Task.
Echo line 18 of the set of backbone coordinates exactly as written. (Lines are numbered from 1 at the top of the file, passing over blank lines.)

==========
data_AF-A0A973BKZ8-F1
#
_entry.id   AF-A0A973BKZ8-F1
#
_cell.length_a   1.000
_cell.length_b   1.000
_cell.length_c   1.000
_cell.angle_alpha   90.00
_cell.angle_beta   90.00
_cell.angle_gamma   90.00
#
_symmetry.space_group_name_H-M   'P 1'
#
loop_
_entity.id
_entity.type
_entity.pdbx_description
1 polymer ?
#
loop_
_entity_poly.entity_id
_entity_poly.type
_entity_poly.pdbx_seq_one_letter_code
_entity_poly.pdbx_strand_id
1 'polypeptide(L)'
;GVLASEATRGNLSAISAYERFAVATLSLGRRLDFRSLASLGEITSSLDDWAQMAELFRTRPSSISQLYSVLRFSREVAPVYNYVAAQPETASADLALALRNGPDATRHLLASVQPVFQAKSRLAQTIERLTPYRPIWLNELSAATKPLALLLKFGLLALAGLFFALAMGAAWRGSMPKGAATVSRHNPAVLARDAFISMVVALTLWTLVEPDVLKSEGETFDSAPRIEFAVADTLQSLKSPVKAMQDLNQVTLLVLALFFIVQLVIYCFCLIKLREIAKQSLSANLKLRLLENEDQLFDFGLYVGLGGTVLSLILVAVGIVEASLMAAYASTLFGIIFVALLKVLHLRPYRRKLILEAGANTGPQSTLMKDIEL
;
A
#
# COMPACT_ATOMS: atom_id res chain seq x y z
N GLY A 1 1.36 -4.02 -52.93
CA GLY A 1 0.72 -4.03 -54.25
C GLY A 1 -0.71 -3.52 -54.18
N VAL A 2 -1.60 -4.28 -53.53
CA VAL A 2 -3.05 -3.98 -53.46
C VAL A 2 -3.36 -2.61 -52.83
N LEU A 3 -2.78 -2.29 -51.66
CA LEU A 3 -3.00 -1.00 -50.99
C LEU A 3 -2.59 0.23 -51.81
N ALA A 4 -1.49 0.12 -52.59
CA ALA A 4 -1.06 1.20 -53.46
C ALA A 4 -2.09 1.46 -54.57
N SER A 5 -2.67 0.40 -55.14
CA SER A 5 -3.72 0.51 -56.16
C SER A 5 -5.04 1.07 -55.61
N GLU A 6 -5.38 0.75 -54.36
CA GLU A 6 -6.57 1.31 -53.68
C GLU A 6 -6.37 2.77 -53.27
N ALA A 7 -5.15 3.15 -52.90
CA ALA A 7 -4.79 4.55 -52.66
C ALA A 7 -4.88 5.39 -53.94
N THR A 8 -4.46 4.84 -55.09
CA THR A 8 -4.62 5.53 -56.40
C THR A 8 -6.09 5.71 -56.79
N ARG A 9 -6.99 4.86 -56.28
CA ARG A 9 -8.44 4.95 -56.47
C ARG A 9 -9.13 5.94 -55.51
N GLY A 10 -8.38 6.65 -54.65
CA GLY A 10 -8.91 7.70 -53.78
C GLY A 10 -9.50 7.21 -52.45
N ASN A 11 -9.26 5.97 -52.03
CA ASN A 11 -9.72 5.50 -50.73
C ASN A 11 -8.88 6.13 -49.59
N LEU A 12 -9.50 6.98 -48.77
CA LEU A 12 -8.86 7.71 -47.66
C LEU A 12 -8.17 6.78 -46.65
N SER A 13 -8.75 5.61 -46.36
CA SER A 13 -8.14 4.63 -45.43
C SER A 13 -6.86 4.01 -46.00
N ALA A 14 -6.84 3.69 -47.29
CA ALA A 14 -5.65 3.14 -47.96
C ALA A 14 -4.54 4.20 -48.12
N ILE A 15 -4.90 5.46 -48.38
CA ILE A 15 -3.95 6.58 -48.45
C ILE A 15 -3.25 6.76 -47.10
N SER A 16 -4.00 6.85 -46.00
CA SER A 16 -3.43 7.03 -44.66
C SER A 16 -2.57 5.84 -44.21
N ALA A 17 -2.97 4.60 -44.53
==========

1 polymer ?